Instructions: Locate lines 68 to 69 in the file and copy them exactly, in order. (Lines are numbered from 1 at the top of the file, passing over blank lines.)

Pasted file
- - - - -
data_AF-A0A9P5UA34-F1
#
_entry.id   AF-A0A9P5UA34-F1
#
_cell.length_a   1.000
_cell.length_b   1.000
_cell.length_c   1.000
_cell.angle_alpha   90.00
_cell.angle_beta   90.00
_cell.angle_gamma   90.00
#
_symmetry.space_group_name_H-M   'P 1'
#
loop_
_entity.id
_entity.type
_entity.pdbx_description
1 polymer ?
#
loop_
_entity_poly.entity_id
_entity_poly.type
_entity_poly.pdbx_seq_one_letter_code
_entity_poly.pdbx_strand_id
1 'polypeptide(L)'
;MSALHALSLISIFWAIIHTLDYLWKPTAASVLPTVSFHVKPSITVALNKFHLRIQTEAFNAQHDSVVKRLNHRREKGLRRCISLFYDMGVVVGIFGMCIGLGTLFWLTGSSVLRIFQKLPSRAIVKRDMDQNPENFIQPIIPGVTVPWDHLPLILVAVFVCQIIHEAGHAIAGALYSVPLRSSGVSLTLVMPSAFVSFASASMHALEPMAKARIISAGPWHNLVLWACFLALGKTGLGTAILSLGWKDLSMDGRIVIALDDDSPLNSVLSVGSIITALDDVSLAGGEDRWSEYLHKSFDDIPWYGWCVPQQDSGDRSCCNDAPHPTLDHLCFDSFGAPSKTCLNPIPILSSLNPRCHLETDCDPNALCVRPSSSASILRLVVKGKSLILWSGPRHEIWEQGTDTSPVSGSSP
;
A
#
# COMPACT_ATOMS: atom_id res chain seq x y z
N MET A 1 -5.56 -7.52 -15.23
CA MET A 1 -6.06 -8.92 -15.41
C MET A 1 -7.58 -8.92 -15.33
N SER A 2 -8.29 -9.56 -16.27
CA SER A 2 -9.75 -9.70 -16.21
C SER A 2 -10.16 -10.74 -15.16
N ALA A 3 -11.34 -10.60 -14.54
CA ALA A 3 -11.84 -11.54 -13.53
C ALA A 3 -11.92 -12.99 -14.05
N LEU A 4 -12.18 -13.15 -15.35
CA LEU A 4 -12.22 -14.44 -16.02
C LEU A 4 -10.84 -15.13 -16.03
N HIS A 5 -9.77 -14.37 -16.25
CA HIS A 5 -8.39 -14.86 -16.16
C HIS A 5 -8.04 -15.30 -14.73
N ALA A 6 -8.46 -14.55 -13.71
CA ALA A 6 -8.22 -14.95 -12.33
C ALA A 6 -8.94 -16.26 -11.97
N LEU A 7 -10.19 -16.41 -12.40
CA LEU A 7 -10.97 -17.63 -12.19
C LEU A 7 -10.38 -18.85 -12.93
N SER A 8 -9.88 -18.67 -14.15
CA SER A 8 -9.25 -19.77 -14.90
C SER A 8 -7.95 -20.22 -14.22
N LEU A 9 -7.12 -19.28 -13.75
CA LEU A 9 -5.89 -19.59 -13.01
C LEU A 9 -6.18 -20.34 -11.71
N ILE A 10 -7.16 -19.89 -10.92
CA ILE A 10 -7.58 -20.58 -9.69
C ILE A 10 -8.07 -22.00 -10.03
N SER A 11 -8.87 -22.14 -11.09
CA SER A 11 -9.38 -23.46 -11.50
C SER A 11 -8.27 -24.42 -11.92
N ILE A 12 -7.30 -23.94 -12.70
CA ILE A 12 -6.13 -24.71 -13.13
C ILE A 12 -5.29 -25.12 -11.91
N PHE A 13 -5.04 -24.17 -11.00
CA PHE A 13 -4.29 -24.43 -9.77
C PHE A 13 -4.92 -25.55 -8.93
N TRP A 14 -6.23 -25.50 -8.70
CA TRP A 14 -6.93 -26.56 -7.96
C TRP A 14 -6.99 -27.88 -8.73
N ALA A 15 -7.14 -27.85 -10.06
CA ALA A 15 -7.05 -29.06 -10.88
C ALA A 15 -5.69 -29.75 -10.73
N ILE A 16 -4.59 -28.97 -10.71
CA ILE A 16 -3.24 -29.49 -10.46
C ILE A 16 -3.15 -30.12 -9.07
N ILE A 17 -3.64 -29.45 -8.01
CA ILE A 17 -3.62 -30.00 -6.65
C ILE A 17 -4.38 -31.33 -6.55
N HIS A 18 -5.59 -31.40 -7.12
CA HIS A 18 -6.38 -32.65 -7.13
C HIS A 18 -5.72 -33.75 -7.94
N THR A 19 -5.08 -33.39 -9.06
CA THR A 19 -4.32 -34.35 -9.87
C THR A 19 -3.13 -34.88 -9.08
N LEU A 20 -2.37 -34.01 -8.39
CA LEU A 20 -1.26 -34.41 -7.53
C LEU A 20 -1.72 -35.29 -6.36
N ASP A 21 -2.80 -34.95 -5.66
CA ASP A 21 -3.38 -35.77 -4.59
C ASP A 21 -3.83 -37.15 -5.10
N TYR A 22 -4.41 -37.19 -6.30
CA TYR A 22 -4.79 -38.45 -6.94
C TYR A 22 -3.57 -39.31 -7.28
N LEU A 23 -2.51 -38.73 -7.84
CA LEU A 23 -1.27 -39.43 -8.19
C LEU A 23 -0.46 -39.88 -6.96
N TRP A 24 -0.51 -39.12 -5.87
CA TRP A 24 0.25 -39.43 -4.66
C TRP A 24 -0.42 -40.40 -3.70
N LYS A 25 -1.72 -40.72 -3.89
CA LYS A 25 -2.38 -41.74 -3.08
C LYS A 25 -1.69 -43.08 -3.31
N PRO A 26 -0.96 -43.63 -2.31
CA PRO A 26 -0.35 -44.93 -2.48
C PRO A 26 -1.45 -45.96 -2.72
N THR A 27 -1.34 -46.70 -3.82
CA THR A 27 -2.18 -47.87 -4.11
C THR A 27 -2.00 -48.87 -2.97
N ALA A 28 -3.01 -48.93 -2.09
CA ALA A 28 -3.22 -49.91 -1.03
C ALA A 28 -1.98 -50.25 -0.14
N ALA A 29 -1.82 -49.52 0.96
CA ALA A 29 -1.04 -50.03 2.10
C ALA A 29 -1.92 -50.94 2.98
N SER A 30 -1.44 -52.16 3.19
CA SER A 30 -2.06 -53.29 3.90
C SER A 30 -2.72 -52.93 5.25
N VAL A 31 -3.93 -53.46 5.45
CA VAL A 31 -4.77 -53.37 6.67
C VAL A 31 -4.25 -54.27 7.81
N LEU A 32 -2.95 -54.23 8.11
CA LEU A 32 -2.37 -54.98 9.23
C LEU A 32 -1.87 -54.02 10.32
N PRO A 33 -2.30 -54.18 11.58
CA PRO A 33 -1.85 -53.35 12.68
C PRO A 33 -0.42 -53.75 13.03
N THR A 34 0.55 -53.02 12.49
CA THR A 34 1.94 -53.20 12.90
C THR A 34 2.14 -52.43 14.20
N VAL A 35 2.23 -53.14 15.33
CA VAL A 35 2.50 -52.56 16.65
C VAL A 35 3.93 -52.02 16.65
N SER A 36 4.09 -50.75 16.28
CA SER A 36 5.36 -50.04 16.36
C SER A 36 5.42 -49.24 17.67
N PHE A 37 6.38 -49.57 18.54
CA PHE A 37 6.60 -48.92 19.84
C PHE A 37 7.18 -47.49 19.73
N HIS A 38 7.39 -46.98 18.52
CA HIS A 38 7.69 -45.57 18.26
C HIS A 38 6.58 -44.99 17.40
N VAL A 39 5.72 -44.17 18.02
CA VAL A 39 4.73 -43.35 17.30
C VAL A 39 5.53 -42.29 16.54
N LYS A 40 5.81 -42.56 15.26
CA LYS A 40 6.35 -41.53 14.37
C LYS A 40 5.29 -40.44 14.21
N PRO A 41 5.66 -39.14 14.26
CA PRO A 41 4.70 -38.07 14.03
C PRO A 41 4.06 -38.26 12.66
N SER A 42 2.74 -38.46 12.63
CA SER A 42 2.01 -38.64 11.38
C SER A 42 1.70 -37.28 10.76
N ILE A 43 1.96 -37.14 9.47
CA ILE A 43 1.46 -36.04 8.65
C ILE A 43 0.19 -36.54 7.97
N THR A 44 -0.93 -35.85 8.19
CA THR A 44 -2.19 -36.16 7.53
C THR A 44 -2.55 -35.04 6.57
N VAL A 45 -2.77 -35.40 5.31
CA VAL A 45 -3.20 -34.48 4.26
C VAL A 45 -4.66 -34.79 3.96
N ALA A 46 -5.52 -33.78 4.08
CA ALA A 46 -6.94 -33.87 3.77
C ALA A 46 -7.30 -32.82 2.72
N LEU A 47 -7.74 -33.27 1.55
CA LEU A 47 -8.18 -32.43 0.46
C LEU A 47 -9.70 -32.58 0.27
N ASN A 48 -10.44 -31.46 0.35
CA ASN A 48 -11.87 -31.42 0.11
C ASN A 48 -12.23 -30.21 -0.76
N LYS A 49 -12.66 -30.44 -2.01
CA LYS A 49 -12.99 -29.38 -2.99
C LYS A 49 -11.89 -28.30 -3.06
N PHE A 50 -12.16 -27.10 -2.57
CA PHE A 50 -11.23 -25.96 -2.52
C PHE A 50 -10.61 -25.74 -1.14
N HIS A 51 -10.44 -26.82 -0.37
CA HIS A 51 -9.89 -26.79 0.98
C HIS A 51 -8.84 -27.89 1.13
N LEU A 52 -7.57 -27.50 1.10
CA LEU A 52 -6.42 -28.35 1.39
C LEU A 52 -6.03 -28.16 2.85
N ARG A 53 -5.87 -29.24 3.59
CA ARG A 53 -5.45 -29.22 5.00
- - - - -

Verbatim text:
CA PHE A 13 -4.29 -24.43 -9.77
C PHE A 13 -4.92 -25.55 -8.93